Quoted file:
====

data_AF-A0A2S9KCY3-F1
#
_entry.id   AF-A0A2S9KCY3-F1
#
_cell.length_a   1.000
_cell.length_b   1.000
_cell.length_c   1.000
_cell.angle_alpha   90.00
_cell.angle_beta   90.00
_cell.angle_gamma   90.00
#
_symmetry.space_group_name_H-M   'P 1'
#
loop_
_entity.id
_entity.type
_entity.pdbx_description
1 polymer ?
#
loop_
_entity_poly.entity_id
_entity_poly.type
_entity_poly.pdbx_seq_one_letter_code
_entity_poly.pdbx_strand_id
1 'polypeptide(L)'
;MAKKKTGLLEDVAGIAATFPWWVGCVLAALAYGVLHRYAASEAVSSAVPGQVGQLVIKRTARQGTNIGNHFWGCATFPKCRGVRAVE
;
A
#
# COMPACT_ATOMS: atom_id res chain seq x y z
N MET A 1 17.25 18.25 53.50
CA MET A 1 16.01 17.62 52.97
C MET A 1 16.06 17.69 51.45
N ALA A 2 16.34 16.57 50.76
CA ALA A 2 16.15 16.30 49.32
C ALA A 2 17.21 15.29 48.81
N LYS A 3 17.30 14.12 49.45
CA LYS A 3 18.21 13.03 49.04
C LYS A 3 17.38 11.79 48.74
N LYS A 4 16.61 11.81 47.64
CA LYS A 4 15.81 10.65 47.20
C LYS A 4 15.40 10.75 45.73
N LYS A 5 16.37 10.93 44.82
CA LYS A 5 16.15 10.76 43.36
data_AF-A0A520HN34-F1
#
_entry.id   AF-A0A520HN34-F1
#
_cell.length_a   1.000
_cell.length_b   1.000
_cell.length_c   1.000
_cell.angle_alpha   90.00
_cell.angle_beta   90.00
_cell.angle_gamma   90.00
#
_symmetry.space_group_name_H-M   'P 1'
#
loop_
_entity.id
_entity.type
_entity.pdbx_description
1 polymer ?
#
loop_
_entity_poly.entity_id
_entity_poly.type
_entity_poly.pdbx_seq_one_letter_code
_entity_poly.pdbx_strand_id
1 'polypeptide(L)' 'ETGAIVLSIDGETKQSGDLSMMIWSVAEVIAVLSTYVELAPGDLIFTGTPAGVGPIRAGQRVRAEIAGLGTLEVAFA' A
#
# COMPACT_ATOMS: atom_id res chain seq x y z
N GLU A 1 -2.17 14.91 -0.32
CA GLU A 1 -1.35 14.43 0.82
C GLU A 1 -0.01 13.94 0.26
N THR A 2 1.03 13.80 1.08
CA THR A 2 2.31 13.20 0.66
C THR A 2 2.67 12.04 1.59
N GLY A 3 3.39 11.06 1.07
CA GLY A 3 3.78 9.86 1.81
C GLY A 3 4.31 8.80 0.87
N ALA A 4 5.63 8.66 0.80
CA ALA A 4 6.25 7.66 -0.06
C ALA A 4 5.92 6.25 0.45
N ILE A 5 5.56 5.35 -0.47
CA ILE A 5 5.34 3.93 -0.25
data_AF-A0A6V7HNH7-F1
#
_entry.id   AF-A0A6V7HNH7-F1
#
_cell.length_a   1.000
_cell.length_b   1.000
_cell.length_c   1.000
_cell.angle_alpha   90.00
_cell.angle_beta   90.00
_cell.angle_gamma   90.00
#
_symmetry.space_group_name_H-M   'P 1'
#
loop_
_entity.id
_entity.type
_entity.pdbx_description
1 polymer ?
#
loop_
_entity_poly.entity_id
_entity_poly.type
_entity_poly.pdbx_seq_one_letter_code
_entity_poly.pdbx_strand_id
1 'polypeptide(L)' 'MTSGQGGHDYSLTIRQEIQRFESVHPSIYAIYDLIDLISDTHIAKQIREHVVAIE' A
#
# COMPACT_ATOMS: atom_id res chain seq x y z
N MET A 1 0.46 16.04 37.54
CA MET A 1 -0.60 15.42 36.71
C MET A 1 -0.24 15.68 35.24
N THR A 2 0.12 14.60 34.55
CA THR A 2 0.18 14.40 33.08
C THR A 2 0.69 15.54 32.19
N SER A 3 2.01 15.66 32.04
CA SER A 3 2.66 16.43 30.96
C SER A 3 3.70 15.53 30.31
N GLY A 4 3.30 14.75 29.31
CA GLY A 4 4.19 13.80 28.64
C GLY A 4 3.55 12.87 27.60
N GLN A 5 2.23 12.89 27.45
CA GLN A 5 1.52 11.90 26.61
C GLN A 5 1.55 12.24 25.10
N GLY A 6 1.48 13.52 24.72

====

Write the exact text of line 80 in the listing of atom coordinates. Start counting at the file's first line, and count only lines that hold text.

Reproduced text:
C GLY A 3 4.31 8.80 0.87